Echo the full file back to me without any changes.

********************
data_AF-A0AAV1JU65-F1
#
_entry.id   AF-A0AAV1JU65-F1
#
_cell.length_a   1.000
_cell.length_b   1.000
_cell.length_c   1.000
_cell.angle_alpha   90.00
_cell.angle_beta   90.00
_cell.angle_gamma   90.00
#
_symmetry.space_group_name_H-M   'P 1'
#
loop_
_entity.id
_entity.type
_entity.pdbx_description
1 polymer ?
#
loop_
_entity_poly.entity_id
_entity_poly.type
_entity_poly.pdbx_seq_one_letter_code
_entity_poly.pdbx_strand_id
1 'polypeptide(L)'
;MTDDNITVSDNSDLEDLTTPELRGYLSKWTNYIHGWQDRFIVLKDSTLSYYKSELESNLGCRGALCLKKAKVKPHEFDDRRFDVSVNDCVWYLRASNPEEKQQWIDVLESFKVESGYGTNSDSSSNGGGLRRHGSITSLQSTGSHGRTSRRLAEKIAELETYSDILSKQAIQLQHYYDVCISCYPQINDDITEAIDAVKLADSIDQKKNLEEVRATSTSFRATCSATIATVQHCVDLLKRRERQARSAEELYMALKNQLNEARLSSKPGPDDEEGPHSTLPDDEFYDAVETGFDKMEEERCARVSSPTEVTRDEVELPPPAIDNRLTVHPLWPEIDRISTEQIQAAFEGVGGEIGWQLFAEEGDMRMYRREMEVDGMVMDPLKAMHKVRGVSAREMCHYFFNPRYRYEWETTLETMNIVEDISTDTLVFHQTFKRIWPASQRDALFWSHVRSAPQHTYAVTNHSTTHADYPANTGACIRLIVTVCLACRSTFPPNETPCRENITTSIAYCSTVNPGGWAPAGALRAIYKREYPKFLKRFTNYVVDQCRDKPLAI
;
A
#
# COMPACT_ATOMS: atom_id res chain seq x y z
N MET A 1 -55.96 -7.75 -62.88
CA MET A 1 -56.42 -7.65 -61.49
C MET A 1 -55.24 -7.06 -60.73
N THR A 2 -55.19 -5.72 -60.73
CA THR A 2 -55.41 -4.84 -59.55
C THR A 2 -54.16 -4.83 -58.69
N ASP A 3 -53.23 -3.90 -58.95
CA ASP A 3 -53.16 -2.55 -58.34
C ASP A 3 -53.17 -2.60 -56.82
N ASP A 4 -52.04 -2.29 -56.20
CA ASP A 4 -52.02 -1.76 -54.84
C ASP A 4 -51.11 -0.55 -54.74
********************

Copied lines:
data_AF-A0AAV1JU65-F1
#
_entry.id   AF-A0AAV1JU65-F1
#
_cell.length_a   1.000
_cell.length_b   1.000
_cell.length_c   1.000
_cell.angle_alpha   90.00
_cell.angle_beta   90.00
_cell.angle_gamma   90.00
#
_symmetry.space_group_name_H-M   'P 1'
#
loop_
_entity.id
_entity.type
_entity.pdbx_description
1 polymer ?
#
loop_
_entity_poly.entity_id
_entity_poly.type
_entity_poly.pdbx_seq_one_letter_code
_entity_poly.pdbx_strand_id
1 'polypeptide(L)'
;MTDDNITVSDNSDLEDLTTPELRGYLSKWTNYIHGWQDRFIVLKDSTLSYYKSELESNLGCRGALCLKKAKVKPHEFDDRRFDVSVNDCVWYLRASNPEEKQQWIDVLESFKVESGYGTNSDSSSNGGGLRRHGSITSLQSTGSHGRTSRRLAEKIAELETYSDILSKQAIQLQHYYDVCISCYPQINDDITEAIDAVKLADSIDQKKNLEEVRATSTSFRATCSATIATVQHCVDLLKRRERQARSAEELYMALKNQLNEARLSSKPGPDDEEGPHSTLPDDEFYDAVETGFDKMEEERCARVSSPTEVTRDEVELPPPAIDNRLTVHPLWPEIDRISTEQIQAAFEGVGGEIGWQLFAEEGDMRMYRREMEVDGMVMDPLKAMHKVRGVSAREMCHYFFNPRYRYEWETTLETMNIVEDISTDTLVFHQTFKRIWPASQRDALFWSHVRSAPQHTYAVTNHSTTHADYPANTGACIRLIVTVCLACRSTFPPNETPCRENITTSIAYCSTVNPGGWAPAGALRAIYKREYPKFLKRFTNYVVDQCRDKPLAI
;
A
#
# COMPACT_ATOMS: atom_id res chain seq x y z
N MET A 1 -55.96 -7.75 -62.88
CA MET A 1 -56.42 -7.65 -61.49
C MET A 1 -55.24 -7.06 -60.73
N THR A 2 -55.19 -5.72 -60.73
CA THR A 2 -55.41 -4.84 -59.55
C THR A 2 -54.16 -4.83 -58.69
N ASP A 3 -53.23 -3.90 -58.95
CA ASP A 3 -53.16 -2.55 -58.34
C ASP A 3 -53.17 -2.60 -56.82
N ASP A 4 -52.04 -2.29 -56.20
CA ASP A 4 -52.02 -1.76 -54.84
C ASP A 4 -51.11 -0.55 -54.74